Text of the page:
The long and rich history of Featherstone Rovers Rugby League Football Club

Tuesday, 29 December 2015

Andy Ellis, Ben Kaye

Ben Kaye
After using Joe McLocklan (#905) and Jack Lee (#918) as his main hookers during his first year in charge, Daryl Powell decided to ring the changes for the 2010 season. At the start of that year Powell signed Liam Finn (#867) and gave him the number nine shirt, which was a clear indication of how he saw Liam’s role in the Rovers team developing. After just a couple of games that experiment was abandoned, and Finn returned to his natural scrum-half berth. Although there are a lot of similarities nowadays between the roles for seven and nine, with some players successfully interchanging between the two, it does not necessarily mean that this will always work. For Finn it didn’t. However, another player who did manage to shine in both roles was Andy Kain (#901), who was equally at home as a half-back and as interchange hooker, coming on to find the gaps in a tiring defence. 

With Finn at scrum-half, Powell took on loan former Leeds junior Ben Kaye (#945) who had been playing with London Broncos to complement Kain’s attacking prowess. With his solid tackling and infectious enthusiasm Ben’s work-rate offered something different and balanced out Rovers side nicely. His loan period was extended and then he signed for the Rovers permanently, finishing his first year with a Grand final appearance.

Andy Ellis
Ellis signed on a permanent basis at the end of 2012, so he and Ben shared the hooking role the following year, with Jack Bussey (#968) also playing a few games as acting half-back. At the end of the year Ben left to join rivals Halifax having played a total of 98 games for Featherstone Rovers. When Kaye left, Rovers signed George Flanagan (#989) from Batley to share the hooking role with Andy Ellis in 2014. Unfortunately, a broken leg ended George’s time at Featherstone prematurely. Later in the season there were also opportunities for both Jack Bussey and Luke Teasdale (#996). The following year Ellis (#973) completed his fourth season with the club and scored his 100th career try. He was assisted by Luke Teasdale (#996), Sam Irwin (#1012), Sam Day (#1027) and Remy Marginet (#1015) who all covered the acting halfback role in 2015.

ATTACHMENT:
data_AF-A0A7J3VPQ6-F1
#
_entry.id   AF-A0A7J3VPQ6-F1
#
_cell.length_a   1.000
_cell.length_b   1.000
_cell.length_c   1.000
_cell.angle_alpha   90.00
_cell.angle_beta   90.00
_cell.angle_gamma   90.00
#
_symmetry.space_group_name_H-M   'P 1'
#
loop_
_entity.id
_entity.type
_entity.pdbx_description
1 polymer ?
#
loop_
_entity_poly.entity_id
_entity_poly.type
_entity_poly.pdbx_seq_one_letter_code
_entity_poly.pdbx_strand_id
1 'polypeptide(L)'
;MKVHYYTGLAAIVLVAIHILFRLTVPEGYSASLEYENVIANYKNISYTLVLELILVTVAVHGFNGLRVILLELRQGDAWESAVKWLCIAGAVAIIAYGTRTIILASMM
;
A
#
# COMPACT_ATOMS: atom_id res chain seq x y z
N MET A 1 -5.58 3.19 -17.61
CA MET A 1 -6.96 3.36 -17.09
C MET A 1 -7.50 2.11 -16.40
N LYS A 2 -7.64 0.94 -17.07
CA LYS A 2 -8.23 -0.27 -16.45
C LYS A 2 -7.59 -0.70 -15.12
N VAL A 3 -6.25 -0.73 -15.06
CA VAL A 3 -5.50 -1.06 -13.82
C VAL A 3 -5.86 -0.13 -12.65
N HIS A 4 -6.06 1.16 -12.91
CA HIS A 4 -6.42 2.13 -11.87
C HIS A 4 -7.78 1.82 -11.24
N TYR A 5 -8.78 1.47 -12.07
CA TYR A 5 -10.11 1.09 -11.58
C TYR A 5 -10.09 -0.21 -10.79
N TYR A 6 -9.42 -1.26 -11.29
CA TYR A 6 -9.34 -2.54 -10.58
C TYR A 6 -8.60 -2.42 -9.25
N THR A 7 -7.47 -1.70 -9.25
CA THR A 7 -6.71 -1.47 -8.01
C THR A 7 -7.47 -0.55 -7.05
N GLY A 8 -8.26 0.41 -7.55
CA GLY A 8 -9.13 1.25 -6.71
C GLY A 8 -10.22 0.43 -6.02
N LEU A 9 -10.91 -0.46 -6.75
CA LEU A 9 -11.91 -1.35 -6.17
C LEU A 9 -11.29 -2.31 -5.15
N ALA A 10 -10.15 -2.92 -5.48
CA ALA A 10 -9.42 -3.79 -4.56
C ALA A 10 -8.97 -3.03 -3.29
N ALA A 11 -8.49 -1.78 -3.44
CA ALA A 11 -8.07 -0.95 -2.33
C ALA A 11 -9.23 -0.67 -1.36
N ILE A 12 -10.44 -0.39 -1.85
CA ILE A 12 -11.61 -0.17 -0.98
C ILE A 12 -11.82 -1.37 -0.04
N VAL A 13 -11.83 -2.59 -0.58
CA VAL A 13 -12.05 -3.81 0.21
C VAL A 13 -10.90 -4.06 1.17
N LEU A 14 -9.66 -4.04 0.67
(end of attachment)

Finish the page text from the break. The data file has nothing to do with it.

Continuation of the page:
I think it’s fair to say that the position of hooker is the one that has undergone the most radical change in rugby league over the decades. In the 1920s, 30s and 40s, such hookers as Percy Morris (#85), Charlie Flaherty (#27) and Pep Hepworth (#7) were in the team for one main reason: to work with their scrum-half and open side prop to ensure the maximum amount of ball possible from the scrums. When not in possession, the hooker simply did as much tackling as he could in the middle of the park. Hookers developed good backing up skills too, but it was always his ball-winning ability on which he was judged. Past master at this was Rovers first representative hooker, the England international Arthur Wood (#286) who started at Featherstone in 1948.

Luke Teasdale
From there, the game developed through the 50s, 60s and 70s where the scrums were still of upmost importance, but hookers started to develop other aspects of their play. For example, the evergreen Willis Fawley (#323), Croatian import Milan Kosanovic (#434), and then perhaps the best hooker Rovers have ever produced, the Great Britain international Keith Bridges (#497). Even up to the time of Ray Handscombe (#553) and Bob Spurr (#587), two masters of the scrummaging arts who offered contrasting styles, the scrums for and against statistics were as keenly kept as the score itself as far as the hookers themselves were concerned.

The handover rule introduced in 1983 reduced at the stroke the quantity of scrums in the game and was the beginning of the radical transformation of the hooker into the modern athlete he has become. As successive laws aimed at speeding up the game by cleaning up the pay-the-ball area were introduced, the hooker’s role as ball winner from the scrum now became obsolete, and his new role was as distributor of possession at acting halfback, a vital pivot in any side to give his team momentum direction and attacking options.

George Flanagan
Thus mobile and lively players such as New Zealander Trevor Clark (#656) emerged and he was followed by Richard Gunn (#693) and Graham Southernwood (#706). Then we saw the emergence of out and out play-makers in the number nine shirt such as the influential Richard Chapman (#748) who orchestrated Rovers’ attacking moves. Since then we have seen a variety of styles, from the more conservative and defensively solid Ben Kaye (#945) to the more direct running style of converted half-back Andy Kain (#901).

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